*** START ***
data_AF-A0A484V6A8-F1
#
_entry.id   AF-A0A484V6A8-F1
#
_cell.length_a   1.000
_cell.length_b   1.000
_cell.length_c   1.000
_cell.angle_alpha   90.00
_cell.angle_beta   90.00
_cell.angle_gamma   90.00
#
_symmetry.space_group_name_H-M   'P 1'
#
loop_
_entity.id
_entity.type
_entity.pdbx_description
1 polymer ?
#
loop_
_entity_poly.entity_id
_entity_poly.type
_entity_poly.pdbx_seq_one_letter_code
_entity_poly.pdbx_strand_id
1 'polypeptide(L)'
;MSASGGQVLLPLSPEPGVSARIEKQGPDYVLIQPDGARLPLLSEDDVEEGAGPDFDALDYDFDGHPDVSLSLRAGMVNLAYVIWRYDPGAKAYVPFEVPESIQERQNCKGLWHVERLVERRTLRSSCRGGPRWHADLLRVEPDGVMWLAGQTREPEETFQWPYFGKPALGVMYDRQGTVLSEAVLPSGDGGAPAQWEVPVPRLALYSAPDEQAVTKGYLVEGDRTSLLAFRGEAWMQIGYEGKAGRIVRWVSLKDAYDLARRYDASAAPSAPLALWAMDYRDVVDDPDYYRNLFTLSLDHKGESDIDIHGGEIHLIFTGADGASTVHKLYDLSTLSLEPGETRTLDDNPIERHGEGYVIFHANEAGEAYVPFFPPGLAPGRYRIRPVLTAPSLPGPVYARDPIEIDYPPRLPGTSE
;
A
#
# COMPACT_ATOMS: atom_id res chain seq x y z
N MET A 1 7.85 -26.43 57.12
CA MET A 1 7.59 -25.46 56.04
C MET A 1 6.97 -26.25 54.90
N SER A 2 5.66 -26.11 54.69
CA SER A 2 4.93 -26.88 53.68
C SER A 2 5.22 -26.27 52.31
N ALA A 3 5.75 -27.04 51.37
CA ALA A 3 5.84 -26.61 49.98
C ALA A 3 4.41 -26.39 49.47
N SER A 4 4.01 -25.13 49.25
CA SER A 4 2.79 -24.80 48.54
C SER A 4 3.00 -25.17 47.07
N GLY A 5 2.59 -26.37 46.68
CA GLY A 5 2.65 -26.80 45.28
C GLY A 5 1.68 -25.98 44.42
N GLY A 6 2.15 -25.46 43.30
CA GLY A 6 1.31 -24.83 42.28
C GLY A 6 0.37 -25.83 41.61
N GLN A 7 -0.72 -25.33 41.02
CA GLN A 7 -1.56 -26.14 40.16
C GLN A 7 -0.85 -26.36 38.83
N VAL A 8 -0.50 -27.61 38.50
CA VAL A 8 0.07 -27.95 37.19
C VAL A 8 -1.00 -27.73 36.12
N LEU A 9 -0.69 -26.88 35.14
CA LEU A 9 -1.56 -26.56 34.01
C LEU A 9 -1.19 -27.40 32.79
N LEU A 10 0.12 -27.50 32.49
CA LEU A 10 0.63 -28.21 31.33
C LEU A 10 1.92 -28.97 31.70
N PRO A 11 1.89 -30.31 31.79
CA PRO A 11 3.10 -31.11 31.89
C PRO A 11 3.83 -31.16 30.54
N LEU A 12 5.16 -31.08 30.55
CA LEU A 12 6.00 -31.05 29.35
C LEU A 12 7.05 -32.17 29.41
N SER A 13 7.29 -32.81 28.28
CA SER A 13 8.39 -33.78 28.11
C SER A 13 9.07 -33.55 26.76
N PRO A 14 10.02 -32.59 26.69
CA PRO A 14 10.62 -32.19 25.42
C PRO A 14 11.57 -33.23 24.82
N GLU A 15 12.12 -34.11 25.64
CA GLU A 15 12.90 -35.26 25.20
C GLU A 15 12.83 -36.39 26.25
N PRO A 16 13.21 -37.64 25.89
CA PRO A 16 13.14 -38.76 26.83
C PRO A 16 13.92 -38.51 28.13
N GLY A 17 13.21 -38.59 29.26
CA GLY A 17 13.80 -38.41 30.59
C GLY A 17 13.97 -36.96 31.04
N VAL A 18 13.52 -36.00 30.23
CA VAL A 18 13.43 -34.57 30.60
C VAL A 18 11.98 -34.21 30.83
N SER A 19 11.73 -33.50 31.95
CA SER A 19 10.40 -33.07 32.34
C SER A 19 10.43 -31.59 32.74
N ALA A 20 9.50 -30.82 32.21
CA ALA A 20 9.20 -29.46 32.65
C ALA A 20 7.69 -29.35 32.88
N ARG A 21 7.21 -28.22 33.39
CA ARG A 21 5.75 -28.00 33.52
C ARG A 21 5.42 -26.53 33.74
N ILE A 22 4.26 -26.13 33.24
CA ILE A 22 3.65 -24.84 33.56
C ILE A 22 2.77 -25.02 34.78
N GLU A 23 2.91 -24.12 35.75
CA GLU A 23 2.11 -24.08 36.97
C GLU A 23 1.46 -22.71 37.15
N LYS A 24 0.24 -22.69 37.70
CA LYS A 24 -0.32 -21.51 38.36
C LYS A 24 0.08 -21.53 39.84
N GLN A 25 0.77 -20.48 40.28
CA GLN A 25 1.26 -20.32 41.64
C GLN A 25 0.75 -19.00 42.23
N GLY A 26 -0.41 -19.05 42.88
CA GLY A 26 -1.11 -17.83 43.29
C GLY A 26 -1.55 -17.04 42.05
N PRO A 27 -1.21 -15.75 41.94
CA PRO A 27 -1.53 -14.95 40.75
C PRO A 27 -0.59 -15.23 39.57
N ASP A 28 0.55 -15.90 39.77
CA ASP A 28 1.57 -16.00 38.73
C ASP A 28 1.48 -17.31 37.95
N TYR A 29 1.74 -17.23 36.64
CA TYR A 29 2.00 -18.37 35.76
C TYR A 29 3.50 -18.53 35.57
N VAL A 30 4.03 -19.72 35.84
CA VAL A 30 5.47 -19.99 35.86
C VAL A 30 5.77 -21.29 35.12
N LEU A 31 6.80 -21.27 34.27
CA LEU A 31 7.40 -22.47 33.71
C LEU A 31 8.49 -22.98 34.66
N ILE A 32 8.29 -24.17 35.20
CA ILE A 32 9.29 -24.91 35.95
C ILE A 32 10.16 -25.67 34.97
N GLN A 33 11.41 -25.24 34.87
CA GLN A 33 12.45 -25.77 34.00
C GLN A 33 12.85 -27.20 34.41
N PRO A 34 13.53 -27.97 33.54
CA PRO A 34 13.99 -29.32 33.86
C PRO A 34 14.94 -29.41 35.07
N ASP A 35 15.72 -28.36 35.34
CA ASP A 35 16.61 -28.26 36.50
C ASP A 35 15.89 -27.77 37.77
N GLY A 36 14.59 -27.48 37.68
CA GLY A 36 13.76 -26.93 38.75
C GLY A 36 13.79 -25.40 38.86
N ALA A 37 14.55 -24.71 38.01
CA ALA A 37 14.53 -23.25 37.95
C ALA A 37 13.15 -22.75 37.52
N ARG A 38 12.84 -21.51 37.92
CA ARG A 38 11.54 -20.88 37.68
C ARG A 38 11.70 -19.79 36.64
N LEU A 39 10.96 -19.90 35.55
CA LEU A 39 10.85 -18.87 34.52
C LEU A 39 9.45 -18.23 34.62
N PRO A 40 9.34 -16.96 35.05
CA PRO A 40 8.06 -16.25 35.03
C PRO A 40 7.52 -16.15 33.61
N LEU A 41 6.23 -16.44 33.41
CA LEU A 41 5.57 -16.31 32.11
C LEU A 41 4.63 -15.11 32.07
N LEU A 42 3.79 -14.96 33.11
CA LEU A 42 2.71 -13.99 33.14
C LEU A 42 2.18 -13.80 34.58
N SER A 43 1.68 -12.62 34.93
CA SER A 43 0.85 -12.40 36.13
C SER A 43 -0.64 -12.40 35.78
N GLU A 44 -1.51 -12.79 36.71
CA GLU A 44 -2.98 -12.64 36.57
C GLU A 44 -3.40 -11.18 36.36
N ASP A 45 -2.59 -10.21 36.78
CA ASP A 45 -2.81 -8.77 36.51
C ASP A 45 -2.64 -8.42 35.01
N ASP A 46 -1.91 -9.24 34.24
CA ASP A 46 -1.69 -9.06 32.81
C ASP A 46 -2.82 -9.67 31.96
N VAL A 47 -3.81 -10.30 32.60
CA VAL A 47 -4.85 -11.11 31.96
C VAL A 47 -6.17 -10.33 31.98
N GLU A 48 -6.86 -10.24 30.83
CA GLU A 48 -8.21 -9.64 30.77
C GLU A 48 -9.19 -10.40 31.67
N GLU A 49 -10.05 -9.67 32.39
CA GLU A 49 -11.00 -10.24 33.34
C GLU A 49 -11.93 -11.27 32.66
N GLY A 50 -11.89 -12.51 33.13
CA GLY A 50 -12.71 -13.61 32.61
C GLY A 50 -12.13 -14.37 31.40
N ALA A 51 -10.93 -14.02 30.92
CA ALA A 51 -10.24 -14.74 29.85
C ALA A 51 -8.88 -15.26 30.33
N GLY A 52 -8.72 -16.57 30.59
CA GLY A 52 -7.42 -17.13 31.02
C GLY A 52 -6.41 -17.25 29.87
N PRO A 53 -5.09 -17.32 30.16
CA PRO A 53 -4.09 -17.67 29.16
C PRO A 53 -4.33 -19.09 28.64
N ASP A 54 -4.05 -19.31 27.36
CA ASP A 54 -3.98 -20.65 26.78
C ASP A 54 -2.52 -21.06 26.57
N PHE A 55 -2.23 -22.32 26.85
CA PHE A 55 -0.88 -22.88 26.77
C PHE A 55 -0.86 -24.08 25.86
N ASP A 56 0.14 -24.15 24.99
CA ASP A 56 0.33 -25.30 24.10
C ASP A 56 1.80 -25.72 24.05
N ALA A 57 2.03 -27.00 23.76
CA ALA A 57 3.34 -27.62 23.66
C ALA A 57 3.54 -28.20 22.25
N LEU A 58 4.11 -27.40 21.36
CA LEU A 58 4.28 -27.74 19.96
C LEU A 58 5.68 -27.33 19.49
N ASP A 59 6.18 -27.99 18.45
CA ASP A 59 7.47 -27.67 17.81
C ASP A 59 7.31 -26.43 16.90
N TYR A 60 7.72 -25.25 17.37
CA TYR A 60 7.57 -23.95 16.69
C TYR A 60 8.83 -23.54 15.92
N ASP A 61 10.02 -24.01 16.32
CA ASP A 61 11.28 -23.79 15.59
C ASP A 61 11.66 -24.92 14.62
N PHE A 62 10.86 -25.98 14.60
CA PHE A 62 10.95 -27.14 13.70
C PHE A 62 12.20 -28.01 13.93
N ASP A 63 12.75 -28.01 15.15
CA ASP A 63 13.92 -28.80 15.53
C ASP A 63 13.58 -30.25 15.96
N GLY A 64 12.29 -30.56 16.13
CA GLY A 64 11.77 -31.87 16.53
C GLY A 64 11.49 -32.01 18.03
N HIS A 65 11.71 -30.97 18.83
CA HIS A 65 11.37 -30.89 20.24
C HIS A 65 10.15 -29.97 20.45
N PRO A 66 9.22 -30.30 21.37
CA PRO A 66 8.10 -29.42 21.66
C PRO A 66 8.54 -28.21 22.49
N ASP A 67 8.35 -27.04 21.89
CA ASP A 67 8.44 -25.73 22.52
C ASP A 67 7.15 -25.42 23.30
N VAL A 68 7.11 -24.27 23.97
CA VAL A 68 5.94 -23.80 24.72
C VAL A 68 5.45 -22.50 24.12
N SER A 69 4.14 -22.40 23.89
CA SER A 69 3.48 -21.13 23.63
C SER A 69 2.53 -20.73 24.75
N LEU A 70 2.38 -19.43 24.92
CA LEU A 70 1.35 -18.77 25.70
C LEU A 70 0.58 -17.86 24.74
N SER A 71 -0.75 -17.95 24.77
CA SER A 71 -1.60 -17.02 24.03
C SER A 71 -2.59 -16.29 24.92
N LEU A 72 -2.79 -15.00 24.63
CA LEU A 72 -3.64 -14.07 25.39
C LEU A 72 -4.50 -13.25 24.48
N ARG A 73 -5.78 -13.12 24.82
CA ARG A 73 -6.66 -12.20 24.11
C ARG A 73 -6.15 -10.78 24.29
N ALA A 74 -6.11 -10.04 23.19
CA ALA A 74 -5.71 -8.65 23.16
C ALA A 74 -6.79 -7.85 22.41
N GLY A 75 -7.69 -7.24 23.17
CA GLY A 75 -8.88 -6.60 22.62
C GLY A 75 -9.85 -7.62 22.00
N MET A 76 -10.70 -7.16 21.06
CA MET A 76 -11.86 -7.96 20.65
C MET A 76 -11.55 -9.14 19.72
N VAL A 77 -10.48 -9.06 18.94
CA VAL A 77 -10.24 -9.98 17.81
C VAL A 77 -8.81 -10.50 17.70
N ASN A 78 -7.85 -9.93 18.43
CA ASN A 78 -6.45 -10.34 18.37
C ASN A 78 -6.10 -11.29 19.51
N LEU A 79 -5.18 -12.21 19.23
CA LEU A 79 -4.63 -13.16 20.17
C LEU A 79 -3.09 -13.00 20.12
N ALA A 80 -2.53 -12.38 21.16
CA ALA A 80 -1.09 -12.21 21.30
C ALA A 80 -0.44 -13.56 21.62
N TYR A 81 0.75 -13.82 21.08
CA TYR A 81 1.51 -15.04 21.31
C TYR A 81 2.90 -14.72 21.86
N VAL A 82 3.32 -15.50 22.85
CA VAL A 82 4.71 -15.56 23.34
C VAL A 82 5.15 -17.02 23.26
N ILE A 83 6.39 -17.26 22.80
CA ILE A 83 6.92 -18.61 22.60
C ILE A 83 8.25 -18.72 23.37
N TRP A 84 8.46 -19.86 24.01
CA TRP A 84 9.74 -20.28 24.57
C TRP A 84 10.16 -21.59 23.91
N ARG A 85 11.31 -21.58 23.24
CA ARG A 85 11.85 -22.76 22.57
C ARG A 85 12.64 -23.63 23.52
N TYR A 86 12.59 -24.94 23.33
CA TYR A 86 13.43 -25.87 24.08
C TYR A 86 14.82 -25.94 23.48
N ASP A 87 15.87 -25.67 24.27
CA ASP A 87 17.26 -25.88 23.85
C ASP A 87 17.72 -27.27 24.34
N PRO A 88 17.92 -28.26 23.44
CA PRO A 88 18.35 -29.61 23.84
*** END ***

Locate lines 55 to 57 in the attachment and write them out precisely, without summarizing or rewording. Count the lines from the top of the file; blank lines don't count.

N LEU A 9 -0.69 -26.88 35.14
CA LEU A 9 -1.56 -26.56 34.01
C LEU A 9 -1.19 -27.40 32.79